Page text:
30 percent of dogs and 2-5 percent of cats entering shelters (HSUS estimate)

Estimated number of animal shelters in the United States:

3,500 (HSUS estimate)

Estimated percent of dogs in shelters who are purebred:

25 percent (HSUS estimate)

statistics provided by The National Council on Pet Population, Study and Policy








Awful isn’t it.

Do you want to help?

It’s easier than you think.

If you have a couple of free hours a week or even month, you can volunteer at an area shelter. They have all kinds of odd jobs that they need help with.

Most of them have a list of volunteer opportunities on their websites.

Click here for a list of all Massachusetts Animal Shelters

A few ideas –

  • send in donations, most websites have a link for this
  • pick up a bag of dog/cat food on  your next trip through the grocery store and drop it off at the shelter. Call beforehand because most shelters use a specific brand. (its not good to change an animals food)
  • foster an animal. Sadly a lot of shelters are overpopulated, which leads to animals being  euthanized : (
  • Spread the word. Facebook is a powerful tool. Most shelters and animal organizations have a page. Follow them, share their links.
  • and if you are thinking of getting a pet, consider adoption first.

I believe in animal rights, and high among them is the right to the gentle stroke of a human hand.  ~Robert Brault,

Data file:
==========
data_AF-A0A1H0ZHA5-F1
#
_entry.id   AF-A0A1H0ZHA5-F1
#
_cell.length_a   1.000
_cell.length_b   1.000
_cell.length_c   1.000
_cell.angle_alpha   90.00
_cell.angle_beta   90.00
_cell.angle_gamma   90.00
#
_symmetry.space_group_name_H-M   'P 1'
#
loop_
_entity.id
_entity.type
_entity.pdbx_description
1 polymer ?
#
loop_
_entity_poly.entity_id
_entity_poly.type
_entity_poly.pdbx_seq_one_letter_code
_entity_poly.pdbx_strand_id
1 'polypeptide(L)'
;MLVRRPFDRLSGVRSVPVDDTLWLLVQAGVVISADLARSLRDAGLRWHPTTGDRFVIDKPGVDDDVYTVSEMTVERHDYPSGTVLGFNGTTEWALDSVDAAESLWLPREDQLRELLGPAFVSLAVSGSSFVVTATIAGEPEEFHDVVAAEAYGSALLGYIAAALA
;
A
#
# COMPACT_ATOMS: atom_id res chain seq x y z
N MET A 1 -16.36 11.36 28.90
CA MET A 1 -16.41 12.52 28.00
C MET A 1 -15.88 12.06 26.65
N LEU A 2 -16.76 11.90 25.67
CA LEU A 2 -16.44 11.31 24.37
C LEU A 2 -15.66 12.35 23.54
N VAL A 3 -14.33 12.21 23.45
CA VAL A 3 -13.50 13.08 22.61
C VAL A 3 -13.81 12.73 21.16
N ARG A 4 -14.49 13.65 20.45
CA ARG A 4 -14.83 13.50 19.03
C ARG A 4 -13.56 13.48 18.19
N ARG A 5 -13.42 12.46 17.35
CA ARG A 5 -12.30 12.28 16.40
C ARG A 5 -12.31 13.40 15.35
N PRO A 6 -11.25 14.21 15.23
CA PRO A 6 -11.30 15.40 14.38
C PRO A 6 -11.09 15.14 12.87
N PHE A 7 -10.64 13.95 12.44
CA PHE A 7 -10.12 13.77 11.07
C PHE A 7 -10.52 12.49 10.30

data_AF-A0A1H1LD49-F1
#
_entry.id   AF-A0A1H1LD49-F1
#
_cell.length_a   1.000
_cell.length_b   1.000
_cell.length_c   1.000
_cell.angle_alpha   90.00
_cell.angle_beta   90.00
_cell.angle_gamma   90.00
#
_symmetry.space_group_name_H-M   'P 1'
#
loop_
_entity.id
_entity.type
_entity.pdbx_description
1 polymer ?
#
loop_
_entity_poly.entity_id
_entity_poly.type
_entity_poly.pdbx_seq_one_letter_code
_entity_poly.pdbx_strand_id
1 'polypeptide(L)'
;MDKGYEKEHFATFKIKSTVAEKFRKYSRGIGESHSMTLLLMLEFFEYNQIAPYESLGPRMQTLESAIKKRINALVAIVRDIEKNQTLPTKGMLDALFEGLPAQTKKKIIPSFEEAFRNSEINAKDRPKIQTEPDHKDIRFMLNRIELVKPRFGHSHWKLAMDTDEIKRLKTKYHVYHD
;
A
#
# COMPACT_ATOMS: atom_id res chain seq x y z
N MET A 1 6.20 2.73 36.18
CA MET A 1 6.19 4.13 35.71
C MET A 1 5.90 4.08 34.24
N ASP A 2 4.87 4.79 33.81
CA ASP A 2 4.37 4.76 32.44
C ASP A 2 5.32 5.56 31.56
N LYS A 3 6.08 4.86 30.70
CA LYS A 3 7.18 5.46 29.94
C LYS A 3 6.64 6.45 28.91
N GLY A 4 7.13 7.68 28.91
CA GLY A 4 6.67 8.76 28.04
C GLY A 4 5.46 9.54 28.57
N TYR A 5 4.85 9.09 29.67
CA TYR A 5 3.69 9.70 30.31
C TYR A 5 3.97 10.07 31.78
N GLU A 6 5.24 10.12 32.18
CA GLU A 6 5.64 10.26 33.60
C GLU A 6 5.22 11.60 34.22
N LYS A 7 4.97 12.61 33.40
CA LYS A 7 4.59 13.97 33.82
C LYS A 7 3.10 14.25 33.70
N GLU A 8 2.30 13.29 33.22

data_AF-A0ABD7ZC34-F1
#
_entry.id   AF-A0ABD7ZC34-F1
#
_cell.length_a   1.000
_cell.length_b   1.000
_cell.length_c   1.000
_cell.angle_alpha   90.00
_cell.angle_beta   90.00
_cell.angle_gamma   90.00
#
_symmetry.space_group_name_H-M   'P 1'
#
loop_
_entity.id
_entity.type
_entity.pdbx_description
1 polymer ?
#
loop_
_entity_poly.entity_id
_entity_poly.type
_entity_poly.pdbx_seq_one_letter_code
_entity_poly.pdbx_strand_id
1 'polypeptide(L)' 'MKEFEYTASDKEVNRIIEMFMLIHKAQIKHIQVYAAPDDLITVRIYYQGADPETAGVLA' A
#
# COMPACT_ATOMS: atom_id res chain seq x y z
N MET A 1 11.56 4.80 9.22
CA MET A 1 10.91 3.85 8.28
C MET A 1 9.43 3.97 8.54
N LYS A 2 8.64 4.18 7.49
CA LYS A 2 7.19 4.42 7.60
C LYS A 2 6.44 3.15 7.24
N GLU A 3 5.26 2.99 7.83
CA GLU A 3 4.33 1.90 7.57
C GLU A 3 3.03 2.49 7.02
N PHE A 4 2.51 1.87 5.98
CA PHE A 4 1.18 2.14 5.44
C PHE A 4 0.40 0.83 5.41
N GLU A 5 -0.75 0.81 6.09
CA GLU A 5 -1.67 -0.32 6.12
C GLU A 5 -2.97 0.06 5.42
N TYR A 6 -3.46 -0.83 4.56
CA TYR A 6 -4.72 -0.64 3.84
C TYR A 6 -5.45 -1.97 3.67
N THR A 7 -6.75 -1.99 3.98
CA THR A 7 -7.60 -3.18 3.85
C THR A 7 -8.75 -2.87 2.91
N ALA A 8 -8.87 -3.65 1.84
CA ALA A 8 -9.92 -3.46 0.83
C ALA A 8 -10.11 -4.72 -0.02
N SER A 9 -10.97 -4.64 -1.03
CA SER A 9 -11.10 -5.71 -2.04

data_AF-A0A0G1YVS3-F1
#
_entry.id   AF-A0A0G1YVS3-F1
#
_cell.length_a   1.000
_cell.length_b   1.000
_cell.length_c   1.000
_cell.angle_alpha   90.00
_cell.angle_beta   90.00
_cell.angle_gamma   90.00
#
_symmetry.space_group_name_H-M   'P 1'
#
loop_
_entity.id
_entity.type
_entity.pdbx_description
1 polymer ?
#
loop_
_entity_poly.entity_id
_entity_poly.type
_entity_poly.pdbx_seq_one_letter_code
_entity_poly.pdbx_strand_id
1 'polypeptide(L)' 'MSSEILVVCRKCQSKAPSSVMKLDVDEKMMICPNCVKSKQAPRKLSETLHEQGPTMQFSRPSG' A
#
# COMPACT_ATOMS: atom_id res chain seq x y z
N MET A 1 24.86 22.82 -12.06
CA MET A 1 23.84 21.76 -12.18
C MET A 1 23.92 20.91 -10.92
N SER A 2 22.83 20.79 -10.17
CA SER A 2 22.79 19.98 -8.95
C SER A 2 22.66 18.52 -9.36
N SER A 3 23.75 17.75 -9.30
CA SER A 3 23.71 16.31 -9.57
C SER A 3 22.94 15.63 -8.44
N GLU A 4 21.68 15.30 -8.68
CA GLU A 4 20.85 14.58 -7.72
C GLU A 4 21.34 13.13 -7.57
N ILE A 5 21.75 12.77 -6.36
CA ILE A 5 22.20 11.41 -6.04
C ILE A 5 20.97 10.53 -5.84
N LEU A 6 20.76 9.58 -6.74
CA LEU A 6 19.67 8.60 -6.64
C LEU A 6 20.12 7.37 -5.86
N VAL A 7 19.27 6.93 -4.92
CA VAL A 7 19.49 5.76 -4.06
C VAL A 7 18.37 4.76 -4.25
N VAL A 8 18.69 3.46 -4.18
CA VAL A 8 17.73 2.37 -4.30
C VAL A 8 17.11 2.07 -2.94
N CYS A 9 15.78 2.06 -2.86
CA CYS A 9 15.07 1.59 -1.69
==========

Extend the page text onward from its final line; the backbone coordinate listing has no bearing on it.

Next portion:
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Where to today?

Today the dogs and I are headed to nearby Luddam’s Ford Park in Hanover. This beautiful park is  part of the Town’s Open Space Preserve .

Herring Run at Luddam's Ford Park

There are 4 miles of cleared trail, open areas, a canoe launch and plenty of areas for fishing & picnics ! The park also allows for horseback riding along the trails. Hanover is FULL of horse farms. Wish I had a horse : (

Get your paws out here before the winter comes!


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Thank you for your interest in The Hanover Handler!

We hope that you will strongly consider us for all of your dog needs.

Our services can be found above in the “Services & Rates” tab.

If you already have a dog walker that you love, feel free to “like” us on Facebook anyway! We will be updating our profile, (and this blog) full of fun and useful information on caring for your canine companion!